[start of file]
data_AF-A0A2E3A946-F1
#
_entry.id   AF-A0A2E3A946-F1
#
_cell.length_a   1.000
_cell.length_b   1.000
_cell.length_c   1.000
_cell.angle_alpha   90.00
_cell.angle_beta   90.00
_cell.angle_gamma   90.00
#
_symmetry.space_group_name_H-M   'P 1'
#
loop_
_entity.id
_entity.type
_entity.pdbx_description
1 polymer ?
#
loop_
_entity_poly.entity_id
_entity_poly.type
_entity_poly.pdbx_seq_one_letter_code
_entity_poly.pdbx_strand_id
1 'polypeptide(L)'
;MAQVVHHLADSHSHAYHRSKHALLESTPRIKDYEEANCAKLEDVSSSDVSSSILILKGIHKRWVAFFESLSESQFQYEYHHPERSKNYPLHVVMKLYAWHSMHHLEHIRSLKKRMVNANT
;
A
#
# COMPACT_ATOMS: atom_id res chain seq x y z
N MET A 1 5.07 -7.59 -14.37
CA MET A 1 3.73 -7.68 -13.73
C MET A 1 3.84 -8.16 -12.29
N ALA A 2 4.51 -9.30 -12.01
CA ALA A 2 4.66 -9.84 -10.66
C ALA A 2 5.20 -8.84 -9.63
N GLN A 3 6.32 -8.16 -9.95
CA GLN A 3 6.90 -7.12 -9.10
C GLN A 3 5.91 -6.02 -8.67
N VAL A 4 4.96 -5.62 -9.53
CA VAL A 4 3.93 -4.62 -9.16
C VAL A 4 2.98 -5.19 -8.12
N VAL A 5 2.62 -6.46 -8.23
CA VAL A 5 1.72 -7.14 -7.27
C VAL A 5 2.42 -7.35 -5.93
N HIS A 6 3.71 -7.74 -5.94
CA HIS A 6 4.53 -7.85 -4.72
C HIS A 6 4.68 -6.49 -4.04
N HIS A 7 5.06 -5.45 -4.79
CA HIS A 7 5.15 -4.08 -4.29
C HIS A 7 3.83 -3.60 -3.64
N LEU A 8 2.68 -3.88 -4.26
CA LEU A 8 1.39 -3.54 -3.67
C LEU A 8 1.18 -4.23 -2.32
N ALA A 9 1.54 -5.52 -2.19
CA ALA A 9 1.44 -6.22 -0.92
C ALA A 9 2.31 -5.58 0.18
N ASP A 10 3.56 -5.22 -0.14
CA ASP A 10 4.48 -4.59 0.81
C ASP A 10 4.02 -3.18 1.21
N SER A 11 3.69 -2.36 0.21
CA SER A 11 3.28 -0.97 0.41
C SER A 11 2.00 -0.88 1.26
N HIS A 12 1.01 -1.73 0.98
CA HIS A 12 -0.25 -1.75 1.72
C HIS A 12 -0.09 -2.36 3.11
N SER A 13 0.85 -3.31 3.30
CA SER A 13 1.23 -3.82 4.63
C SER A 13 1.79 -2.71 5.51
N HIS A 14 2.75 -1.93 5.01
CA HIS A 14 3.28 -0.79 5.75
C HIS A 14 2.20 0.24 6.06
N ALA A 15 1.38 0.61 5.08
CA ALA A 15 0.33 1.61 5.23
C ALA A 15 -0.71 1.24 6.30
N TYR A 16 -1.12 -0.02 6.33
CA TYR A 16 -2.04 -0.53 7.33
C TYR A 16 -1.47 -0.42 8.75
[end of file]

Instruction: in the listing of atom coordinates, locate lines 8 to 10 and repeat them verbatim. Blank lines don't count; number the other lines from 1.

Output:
_cell.angle_alpha   90.00
_cell.angle_beta   90.00
_cell.angle_gamma   90.00